- 20 Feb - 26 Feb, 2021
- 23 May - 29 May, 2020
Valley Girl is a re-imagination of the 1983 film for a generation raised on Baz Luhrmann films and Glee. It’s a celebration of kitsch and of the 80s as they’re remembered. Everything about director Rachel Lee Goldenberg’s film is bright, garish, and peppy. Although watchable as a sort of mindless flashback, it doesn’t work as a movie. Replete with obligatory cultural references, cringe-worthy fashion statements and hairdos, the filmmakers cram as much nostalgia-baiting as they can into 100-odd minutes. The musical numbers, all covers of popular pop tunes from the decade in question, vary from overproduced song-and-dance numbers to painful reminders that some things are better left in the past.
Valley Girl uses a wrap-around structure that appears to have been weirdly inspired by The Princess Bride. A mother (played by an uncredited Alicia Silverstone) tells her adult daughter (Camilla Morrone) a story from long ago and not-so-far-away. The girl is initially uninterested but, after a while, she gets into it and can’t help but offer commentary.
Jessica Rothe plays high school senior Julie Richman, the 18-year old version of Silverstone’s character. With college looming, she’s experiencing an existential crisis. She’s not happy with her life or her picture-perfect boyfriend, budding tennis star Mickey (Logan Paul). Deciding that she needs a change, she dumps Mickey and starts hanging out with soulful Randy (Josh Whitehouse), who sees her on the beach and pursues her to a party. When her friends discover that she has exchanged Mickey for a wrong-side-of-the-tracks punk rocker, they are horrified. Her mother (Judy Greer) is equally displeased. Meanwhile, Randy’s friends see Julie is pampered and prissy. As the two mismatched lovers fight through the culture clash between the Valley and Hollywood, they find enough time to do a lot of singing and dancing.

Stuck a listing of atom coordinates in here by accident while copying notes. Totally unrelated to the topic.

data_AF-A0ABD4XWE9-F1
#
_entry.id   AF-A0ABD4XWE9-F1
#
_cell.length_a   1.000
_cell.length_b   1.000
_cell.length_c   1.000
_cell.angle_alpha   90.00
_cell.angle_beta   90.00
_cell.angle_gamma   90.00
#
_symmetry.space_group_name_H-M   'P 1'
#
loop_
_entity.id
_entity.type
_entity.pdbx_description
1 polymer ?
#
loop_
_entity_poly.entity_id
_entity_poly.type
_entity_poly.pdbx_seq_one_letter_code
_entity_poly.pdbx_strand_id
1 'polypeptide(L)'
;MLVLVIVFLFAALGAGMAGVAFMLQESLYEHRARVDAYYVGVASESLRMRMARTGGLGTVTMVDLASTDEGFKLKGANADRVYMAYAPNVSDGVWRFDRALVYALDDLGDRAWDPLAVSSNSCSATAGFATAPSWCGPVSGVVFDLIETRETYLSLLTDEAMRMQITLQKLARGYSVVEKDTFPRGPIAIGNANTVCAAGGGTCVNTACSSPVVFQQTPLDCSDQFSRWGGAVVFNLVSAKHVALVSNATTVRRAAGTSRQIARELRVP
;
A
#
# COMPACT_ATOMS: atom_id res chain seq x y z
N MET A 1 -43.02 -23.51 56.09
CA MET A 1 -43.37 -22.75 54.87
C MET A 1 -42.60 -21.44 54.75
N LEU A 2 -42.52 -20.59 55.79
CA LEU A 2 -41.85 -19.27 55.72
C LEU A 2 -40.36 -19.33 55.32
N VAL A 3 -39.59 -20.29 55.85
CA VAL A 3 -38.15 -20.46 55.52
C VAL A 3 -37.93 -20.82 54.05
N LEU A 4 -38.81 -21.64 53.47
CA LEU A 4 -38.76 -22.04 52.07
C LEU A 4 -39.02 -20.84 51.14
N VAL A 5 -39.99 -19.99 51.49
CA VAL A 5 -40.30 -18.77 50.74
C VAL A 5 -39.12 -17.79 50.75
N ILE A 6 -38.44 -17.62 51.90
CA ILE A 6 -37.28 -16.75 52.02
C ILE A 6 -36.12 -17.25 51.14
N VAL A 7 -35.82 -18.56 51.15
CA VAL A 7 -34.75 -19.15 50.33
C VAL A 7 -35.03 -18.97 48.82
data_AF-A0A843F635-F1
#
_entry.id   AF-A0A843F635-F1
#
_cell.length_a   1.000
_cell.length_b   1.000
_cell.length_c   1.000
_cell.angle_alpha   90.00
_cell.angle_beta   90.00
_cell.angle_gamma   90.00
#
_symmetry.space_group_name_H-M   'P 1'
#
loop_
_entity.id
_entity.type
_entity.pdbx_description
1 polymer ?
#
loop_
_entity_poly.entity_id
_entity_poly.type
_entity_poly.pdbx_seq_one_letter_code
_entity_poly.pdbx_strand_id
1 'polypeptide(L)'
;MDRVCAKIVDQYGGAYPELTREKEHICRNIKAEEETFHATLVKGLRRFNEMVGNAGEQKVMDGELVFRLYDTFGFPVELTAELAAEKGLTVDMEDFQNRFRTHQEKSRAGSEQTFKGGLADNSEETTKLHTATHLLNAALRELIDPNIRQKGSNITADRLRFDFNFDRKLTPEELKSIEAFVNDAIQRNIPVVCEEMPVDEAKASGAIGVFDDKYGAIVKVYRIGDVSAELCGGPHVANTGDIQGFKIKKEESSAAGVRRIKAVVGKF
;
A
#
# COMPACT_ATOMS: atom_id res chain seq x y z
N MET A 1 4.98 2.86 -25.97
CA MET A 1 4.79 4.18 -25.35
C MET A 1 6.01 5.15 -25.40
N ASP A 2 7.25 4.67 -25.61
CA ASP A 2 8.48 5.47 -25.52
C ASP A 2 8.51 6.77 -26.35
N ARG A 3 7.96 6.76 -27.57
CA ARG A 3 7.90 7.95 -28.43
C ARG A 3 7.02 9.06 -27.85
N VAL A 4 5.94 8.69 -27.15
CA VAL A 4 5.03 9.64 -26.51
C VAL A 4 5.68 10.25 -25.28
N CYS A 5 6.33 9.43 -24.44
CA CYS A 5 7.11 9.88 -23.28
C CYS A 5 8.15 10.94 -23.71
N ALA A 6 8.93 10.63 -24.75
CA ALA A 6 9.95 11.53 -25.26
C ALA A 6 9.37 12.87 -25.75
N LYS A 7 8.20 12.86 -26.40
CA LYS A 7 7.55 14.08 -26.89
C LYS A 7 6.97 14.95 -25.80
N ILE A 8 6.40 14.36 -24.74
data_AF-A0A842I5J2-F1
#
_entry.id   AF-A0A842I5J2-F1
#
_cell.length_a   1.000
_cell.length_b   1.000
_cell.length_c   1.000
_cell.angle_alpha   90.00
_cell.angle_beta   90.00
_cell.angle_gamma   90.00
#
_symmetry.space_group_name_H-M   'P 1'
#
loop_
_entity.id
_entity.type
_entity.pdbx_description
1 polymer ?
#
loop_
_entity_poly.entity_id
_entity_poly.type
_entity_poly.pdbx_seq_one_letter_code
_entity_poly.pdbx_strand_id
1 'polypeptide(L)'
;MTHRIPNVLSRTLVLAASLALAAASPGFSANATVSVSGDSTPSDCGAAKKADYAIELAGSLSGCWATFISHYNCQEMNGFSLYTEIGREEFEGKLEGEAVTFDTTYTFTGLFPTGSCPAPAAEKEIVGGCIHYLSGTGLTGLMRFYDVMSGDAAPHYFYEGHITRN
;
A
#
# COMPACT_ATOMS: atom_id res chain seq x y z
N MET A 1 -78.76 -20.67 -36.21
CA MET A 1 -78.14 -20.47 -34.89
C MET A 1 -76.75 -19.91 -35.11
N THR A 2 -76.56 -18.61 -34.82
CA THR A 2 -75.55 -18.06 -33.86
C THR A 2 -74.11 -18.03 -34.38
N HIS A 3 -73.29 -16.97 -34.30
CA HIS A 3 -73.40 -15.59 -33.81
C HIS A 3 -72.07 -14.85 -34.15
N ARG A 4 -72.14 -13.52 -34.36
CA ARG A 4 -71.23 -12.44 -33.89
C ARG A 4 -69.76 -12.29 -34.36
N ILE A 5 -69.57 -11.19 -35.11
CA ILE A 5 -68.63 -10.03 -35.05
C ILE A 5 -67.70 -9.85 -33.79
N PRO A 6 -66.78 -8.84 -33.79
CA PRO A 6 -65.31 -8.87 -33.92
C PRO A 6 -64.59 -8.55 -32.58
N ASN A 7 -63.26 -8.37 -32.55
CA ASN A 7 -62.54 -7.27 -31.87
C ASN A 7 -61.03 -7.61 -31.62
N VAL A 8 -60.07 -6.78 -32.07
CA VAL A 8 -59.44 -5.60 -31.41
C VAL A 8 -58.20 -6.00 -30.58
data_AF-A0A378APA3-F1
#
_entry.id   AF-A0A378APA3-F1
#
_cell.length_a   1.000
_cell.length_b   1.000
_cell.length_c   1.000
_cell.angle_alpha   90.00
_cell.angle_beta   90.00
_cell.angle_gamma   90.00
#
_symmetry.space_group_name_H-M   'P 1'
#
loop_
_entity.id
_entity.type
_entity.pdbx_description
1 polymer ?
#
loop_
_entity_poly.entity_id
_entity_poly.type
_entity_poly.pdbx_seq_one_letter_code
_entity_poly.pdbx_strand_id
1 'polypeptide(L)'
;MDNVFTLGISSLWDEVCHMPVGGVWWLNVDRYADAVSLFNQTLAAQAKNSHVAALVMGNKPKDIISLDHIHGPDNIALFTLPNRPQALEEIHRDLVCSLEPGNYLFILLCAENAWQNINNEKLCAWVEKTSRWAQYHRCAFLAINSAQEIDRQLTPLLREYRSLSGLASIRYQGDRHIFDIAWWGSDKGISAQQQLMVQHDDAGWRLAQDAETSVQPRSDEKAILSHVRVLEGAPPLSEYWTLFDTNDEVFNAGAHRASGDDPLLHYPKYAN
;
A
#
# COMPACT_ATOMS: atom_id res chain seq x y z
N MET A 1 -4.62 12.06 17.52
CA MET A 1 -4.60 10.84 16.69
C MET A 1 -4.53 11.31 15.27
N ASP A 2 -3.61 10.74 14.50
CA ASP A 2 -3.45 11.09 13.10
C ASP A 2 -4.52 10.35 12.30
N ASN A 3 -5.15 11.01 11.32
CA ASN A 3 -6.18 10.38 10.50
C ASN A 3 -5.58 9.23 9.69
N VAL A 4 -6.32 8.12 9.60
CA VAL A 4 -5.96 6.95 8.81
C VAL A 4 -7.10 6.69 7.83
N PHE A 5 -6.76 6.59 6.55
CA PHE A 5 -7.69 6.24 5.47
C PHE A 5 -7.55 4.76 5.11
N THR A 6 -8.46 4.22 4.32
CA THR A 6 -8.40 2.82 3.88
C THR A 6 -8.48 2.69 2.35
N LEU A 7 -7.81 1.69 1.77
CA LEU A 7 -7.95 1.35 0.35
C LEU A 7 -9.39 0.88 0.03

The film’s rom-com aspirations are stale. Jessica Rothe is a little too goody-too-shoes; her character might have benefitted from something resembling an edge. Josh Whitehouse has the smoldering eyes of a matinee idol. While both Rothe and Whitehouse are photogenic, they don’t generate much in the way of a visible spark. This “meh” chemistry makes it difficult to root for their unlikely romance.
Overall, Valley Girl is an 80s artifact that either should have been given a more interesting makeover or been left untouched in the dustbin of the decade that spawned it.